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Elementary differential equations 7th edition - Boyce W.E

Boyce W.E Elementary differential equations 7th edition - Wiley publishing , 2001. - 1310 p.
ISBN 0-471-31999-6
Download (direct link): elementarydifferentialequat2001.pdf
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If pointwise convergence is replaced by mean convergence, Theorem 11.2.4 can be considerably generalized. Before we state such a companion theorem to Theorem
11.2.4 , we first define what is meant by a square integrable function. A function f is said to be square integrable on the interval 0 < x < 1 if both f and f2 are integrable11 on
11For the Riemann integral used in elementary calculus the hypotheses that f and f2 are integrable are independent; that is, there are functions such that f is integrable but f2 is not, and conversely (see Problem 6). A generalized integral, known as the Lebesgue integral, has the property (among others) that if f2 is integrable, then f is also necessarily integrable. The term square integrable came into common use in connection with this type of integration.
11.6 Series of Orthogonal Functions: Mean Convergence
673
Theorem 11.6.1
EXAMPLE
1
that interval. The following theorem is similar to Theorem 11.2.4 except that it involves mean convergence.
The eigenfunctions of the Sturm-Liouville problem (11), (12) are complete with respect to mean convergence for the set of functions that are square integrable on 0 < x < 1. In other words, given any square integrable function f, the series (10), whose coefficients are given by Eq. (9), converges to f (x) in the mean square sense.
It is significant that the class of functions specified in Theorem 11.6.1 is very large indeed. The class of square integrable functions contains some functions with many discontinuities, including some kinds of infinite discontinuities, as well as some functions that are not differentiable at any point. All these functions have mean convergent expansions in the eigenfunctions of the boundary value problem (11), (12). However, in many cases these series do not converge pointwise, at least not at every point. Thus mean convergence is more naturally associated with series of orthogonal functions, such as eigenfunctions, than ordinary pointwise convergence.
The theory of Fourier series discussed in Chapter 10 is just a special case of the general theory of Sturm-Liouville problems. For instance, the functions
(x) = \f2sinnn x (13)
are the normalized eigenfunctions of the Sturm-Liouville problem
f + Xy = 0, y(0) = 0, y(1) = 0. (14)
Thus, if f is a given square integrable function on 0 < x < 1, then according to Theorem 11.6.1, the series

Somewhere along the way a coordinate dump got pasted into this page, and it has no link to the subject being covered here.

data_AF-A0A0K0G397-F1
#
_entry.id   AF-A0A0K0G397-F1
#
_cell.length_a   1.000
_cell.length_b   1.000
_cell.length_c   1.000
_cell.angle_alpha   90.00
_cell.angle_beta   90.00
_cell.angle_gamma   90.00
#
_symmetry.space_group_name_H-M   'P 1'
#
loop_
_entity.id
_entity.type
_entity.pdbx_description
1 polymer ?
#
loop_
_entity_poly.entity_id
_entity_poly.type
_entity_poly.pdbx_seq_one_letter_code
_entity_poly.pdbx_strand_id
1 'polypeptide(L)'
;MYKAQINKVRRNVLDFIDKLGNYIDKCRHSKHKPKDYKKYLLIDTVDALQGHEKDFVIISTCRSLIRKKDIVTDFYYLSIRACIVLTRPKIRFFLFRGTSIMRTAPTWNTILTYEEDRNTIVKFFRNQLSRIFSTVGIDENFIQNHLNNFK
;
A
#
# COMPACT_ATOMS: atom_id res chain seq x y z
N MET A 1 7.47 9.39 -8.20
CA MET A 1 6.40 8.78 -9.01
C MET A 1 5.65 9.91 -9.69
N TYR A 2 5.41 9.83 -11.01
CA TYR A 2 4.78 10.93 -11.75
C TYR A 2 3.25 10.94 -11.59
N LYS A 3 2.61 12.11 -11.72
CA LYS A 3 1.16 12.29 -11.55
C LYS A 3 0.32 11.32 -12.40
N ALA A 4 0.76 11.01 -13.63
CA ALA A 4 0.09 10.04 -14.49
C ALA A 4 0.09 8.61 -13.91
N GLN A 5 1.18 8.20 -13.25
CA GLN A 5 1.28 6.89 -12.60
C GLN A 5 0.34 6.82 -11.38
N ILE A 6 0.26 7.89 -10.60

CO CO
f(x) = T.O.*. (x) = v/2^^ bm sin mn x, (15)
m=1 m=1
where
bm = f f (x)$m (x) dx = V2 f f (x) sin mn x dx, (16)
J0 J0
converges in the mean. The series (15) is precisely the Fourier sine series discussed in Section 10.4. If f satisfies the further conditions stated in Theorem 11.2.4, then this series converges pointwise as well as in the mean. Similarly, a Fourier cosine series is associated with the Sturm-Liouville problem
/ + Xy = 0, / (0) = 0, y (1) = 0. (17)
Let f (x) = 1 for 0 < x < 1. Expand f (x) using the eigenfunctions (13) and discuss the pointwise and mean square convergence of the resulting series.
The series has the form (15) and its coefficients bm are given by Eq. (16). Thus
f 1 V2
bm = v/2 I sin mnx dx = ------------(1 cos mn) (18)
m ' mn
674
Chapter 11. Boundary Value Problems and Sturm Liouville Theory
and the nth partial sum of the series is
-A 1 - cosmn .
Sn (x) = 2 } sin mn x.
mn
m= 1
The mean square error is then
=
/1
Jo
[ f(x) - Sn(x)]2 dx.
(19)
(20)
By calculating Rn for several values of n and plotting the results, we obtain Figure
11.6.2. This figure indicates that Rn steadily decreases as n increases. Of course, Theorem 11.6.1 asserts that Rn ^ 0 as n ^to. Pointwise, we know that Sn(x) ^ f (x) = 1 as n ^ to; further, Sn(x) has the value zero for x = 0 or x = 1 for every n. Although the series converges pointwise for each value of x, the least upper bound of the error does not diminish as n increases. For each n there are points close to x = 0 and x = 1 where the error is arbitrarily close to 1.
vn 0.20
16 n
FIGURE 11.6.2 Dependence of the mean square error Rn on n in Example 1.
Theorem 11.6.1 can be extended to cover self-adjoint boundary value problems having periodic boundary conditions, such as the problem
/ + = 0, (21)
y{-L) - y(L) = , y(-L) - /(L) = 0 (22)
considered in Example 4 of Section 11.2. The eigenfunctions of the problem (21), (22) are 0n(x) = cos(nnx/L) for n = 0, 1, 2,... and ^ (x) = sin(nnx/L) for n = 1, 2,.... If f is a given square integrable function on - L < x < L, then its expansion in terms of the eigenfunctions 0n and ^ is of the form
a0 / nn x nn x \ , ,
f (x) = -20 + ^2 [an cos l + bn sin l ^ , (23)
11.6 Series of Orthogonal Functions: Mean Convergence
675
where
n = 0, 1, 2,..., (24)
n = 1, 2,.... (25)
This expansion is exactly the Fourier series for f discussed in Sections 10.2 and 10.3.
According to the generalization of Theorem 11.6.1, the series (23) converges in the
mean for any square integrable function f, even though f may not satisfy the conditions of Theorem 10.3.1, which assure pointwise convergence.
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